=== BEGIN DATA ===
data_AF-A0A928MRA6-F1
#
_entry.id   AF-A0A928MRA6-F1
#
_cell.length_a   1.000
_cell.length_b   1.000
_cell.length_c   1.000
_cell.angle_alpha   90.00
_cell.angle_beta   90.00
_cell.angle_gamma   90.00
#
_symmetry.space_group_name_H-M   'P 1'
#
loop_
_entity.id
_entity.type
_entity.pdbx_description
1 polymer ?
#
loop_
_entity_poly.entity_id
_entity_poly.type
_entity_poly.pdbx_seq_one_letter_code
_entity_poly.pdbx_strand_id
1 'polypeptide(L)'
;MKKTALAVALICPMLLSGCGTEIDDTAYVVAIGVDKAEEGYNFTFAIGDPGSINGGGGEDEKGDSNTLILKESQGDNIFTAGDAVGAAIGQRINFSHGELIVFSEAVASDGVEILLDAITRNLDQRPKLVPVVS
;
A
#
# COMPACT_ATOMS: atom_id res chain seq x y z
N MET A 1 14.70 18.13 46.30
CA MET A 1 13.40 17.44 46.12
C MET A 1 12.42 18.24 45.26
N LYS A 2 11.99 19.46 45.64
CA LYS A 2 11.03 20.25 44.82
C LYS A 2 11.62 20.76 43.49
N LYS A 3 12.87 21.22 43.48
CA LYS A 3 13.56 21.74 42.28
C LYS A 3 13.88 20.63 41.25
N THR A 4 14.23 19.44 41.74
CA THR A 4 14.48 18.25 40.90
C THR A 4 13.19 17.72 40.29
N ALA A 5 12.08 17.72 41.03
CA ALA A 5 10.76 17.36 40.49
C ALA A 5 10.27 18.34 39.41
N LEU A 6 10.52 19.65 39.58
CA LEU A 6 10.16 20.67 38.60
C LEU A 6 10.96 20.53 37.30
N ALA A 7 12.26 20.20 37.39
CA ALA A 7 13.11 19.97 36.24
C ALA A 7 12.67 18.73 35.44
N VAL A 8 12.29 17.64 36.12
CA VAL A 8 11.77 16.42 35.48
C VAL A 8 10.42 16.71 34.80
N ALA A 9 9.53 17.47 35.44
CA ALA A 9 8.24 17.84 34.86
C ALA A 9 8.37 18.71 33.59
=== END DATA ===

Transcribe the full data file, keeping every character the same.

data_AF-A0A928MRA6-F1
#
_entry.id   AF-A0A928MRA6-F1
#
_cell.length_a   1.000
_cell.length_b   1.000
_cell.length_c   1.000
_cell.angle_alpha   90.00
_cell.angle_beta   90.00
_cell.angle_gamma   90.00
#
_symmetry.space_group_name_H-M   'P 1'
#
loop_
_entity.id
_entity.type
_entity.pdbx_description
1 polymer ?
#
loop_
_entity_poly.entity_id
_entity_poly.type
_entity_poly.pdbx_seq_one_letter_code
_entity_poly.pdbx_strand_id
1 'polypeptide(L)'
;MKKTALAVALICPMLLSGCGTEIDDTAYVVAIGVDKAEEGYNFTFAIGDPGSINGGGGEDEKGDSNTLILKESQGDNIFTAGDAVGAAIGQRINFSHGELIVFSEAVASDGVEILLDAITRNLDQRPKLVPVVS
;
A
#
# COMPACT_ATOMS: atom_id res chain seq x y z
N MET A 1 14.70 18.13 46.30
CA MET A 1 13.40 17.44 46.12
C MET A 1 12.42 18.24 45.26
N LYS A 2 11.99 19.46 45.64
CA LYS A 2 11.03 20.25 44.82
C LYS A 2 11.62 20.76 43.49
N LYS A 3 12.87 21.22 43.48
CA LYS A 3 13.56 21.74 42.28
C LYS A 3 13.88 20.63 41.25
N THR A 4 14.23 19.44 41.74
CA THR A 4 14.48 18.25 40.90
C THR A 4 13.19 17.72 40.29
N ALA A 5 12.08 17.72 41.03
CA ALA A 5 10.76 17.36 40.49
C ALA A 5 10.27 18.34 39.41
N LEU A 6 10.52 19.65 39.58
CA LEU A 6 10.16 20.67 38.60
C LEU A 6 10.96 20.53 37.30
N ALA A 7 12.26 20.20 37.39
CA ALA A 7 13.11 19.97 36.24
C ALA A 7 12.67 18.73 35.44
N VAL A 8 12.29 17.64 36.12
CA VAL A 8 11.77 16.42 35.48
C VAL A 8 10.42 16.71 34.80
N ALA A 9 9.53 17.47 35.44
CA ALA A 9 8.24 17.84 34.86
C ALA A 9 8.37 18.71 33.59